I ask you how I should have handled this, and even more important, how our members should handle this kind of thing in future.
Microsoft includes Word ‘Starter Edition’ on on most new PCs. ( http://office.microsoft.com/en-us/starter/ ) Within the last week or so, they issued a patch/update, through the Windows Update Feature, that broke the free Starter Edition, and prompts users to Purchase the “Office 365” online service for $99 per year. Alternatively, you can purchase MS Office Home and Student for around $100, and keep it forever.
It was a bit underhanded in my opinion, that MS hasn’t issued a patch to fix what it broke. The free version, though limited, seemed to work OK for most folks for simple stuff. I do always advise people to just purchase a copy of Office 2010/2013 for the hundred bucks, to get the full versions, and call it a day. The service that charged $150 for a “fix” was a rip-off, as you really need to do is either A) Re-install the starter edition, or B) buy and install Office.
Here is a great article on what happened; http://www.computerworld.com.au/article/526943/another_flawed_office_update_tells_users_buy_suite/?fp=4&fpid=1398720840
~ Tracy R. Atkins, from http://www.BookDesignTemplates.com, your source for tools and services to help authors publish their own books.
I have acquired a substantial number of unsold books over the past decade. They are largely unmarketable and out of date. I don’t want to dump them into a landfill and I haven’t had much luck finding an interested recycling company. And the quantities are too large (about 12,000 books, all hardcover) to consider donating to libraries and such. Any suggestions?
Have you looked into groups like these:
Here is an entire article with suggestions for book donations:
You can also check with the Green Press Initiative here : http://www.greenpressinitiative.org/
~ Lisa Krebs was hired by Jan Nathan and Publishers Marketing Association (now IBPA) in 1998 and has been a sounding board and advocate for independent publishers for the past 15 years. She was previously contracted for West Coast publicity by Simon & Schuster, Pocket Books and Disney/Hyperion.
Is there an app, or other program, that will easily convert hyperlinks in an eBook into endnotes for a print edition? I am looking for a program that will not require individual conversions for each link. Thank you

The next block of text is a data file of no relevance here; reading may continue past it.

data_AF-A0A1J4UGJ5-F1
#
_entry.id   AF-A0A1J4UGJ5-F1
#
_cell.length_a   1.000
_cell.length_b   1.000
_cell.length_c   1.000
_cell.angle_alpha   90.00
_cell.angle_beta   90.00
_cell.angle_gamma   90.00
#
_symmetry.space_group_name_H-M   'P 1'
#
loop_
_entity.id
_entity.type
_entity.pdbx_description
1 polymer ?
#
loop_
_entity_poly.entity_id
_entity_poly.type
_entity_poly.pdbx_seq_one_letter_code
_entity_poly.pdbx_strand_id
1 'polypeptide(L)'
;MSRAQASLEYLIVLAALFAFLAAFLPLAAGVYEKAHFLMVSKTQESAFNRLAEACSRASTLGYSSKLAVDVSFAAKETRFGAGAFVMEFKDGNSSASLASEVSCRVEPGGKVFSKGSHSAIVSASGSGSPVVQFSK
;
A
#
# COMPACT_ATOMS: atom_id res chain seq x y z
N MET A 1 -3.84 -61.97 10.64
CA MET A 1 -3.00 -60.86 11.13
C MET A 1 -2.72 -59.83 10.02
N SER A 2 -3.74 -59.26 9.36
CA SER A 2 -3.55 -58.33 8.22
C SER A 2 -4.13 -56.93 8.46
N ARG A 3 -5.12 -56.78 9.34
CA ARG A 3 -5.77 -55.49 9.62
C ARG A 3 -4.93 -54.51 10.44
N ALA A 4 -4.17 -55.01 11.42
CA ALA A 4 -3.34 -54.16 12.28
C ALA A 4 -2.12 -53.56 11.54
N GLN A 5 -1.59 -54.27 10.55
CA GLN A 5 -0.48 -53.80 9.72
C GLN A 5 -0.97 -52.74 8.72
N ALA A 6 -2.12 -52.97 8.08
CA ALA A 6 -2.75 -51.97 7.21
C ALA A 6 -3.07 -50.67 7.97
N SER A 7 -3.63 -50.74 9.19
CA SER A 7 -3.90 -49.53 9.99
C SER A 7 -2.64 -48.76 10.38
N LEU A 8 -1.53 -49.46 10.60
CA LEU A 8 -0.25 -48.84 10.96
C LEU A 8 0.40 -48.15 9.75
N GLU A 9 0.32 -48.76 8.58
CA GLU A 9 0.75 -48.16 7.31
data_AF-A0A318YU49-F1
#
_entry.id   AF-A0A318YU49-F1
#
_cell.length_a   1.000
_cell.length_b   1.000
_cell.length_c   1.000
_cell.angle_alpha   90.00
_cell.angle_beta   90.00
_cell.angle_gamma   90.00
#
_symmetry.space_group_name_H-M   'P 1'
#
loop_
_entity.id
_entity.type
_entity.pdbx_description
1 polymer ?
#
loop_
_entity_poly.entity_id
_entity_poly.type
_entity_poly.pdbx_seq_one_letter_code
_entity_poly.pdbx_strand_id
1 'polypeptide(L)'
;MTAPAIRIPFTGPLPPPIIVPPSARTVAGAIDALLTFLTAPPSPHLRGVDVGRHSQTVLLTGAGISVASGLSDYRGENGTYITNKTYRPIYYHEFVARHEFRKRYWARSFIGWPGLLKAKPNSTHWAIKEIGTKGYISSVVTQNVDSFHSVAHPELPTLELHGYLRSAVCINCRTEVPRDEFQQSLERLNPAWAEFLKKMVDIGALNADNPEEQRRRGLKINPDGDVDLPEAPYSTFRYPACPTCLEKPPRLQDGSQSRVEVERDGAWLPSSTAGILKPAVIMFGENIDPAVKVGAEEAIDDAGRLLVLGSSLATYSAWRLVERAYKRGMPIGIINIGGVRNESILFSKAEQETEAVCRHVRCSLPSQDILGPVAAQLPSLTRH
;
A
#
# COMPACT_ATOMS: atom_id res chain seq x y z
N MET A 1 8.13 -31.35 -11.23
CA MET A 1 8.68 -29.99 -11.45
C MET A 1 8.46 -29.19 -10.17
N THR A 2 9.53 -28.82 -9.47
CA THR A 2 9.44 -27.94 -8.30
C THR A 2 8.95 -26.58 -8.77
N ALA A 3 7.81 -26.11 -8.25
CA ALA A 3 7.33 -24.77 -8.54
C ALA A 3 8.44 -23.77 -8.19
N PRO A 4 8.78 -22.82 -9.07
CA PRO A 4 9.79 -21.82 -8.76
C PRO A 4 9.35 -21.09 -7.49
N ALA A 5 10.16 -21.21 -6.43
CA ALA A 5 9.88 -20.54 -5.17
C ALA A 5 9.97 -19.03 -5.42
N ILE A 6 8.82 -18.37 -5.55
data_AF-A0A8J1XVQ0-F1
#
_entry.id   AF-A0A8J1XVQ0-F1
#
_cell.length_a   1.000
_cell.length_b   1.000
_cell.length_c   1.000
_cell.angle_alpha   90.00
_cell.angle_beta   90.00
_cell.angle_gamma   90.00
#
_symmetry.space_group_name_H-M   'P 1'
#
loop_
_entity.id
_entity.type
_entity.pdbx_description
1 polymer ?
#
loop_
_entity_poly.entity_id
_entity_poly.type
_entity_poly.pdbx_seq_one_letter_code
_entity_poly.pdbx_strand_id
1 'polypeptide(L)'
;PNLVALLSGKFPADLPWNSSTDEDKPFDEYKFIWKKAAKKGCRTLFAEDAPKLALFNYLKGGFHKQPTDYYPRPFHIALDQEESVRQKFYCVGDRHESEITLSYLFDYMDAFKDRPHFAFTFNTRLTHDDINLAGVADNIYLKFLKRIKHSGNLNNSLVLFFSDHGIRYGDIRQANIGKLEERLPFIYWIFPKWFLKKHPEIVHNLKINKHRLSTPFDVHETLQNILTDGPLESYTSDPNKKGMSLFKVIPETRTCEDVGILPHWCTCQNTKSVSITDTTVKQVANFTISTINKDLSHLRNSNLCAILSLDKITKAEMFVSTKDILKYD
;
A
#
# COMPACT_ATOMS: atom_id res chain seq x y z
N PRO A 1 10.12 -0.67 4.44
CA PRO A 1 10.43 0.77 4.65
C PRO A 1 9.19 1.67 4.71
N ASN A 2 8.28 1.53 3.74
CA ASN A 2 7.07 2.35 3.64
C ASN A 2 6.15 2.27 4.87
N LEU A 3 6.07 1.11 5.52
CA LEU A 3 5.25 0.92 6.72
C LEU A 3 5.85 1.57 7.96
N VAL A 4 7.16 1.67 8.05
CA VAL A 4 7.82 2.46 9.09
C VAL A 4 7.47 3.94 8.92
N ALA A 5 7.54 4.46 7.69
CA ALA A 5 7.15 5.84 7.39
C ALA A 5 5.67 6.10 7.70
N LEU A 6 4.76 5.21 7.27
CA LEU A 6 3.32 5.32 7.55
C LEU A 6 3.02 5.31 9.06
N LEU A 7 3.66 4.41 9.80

There is no program that creates footnotes in a book from anything, whether links or something else. My team could create a script to do that in eBooks we create, but making a program that does it in any eBook file at all would be extremely difficult.
~Joshua Tallent – Joshua Tallent is a well-known eBook expert and teacher, and is a vocal advocate for beautiful, functional, accessible eBook files. eBook Architects, his eBook design and consulting business, provides services to both publishers and authors, specializing in complex projects and enhanced eBooks. Website: www.ebookarchitects.com
I’m curious to know what the going rate is for paying an intern. I would like to find a tech-savvy college student to set up a new blog for my company and keep it active for a quarter or semester. Hourly Pay? Fee for the Job? Volunteer for the Experience? What is the common expectation of interns for compensation or experience?
The going rate for paying an intern would vary depending on what salaries are in your part of the country. In determining what to pay my intern, I took a look at what similar types of part-time work were paying on Craig’s List and other local job boards and priced my intern salary accordingly. I pay by the hour because I wanted someone to help with general publishing tasks—for a specific project you could certainly pay by the job but again, what you paid would depend on what similar work is going for in your area. When I hired interns still in school I asked for at least a junior in college with a major in a related field—such as Journalism, English, Business, etc. You might check to see if your state or local chamber of commerce has an organization that specializes in matching employers and interns—in my state (Indiana) we do and you can take a look at http://www.indianaintern.net/ Your local university will likely have an office dedicated to matching interns and companies and they can also provide you with additional information on salaries. Certainly asking an intern to volunteer is an option—I felt that if I paid them there would be a heightened sense of responsibility and obligation on their part and from an education standpoint, paying them would replicate a “real-world” scenario.
There is an article about interns by Frank Gromling in a past issue of the Independent—I recommend you take a look for additional information.
~ Florrie Binford Kichler is the former president of the Independent Book Publishers Association (IBPA), the largest trade organization of independent publishers in the United States. She also serves as President of Patria Press, Inc., the publisher of the award-winning Young Patriots Series for children.
We hope you will find this program useful, but as with any advice, we recommend that you make sure it fits your specific business needs. IBPA does not specifically endorse or support any particular group or service.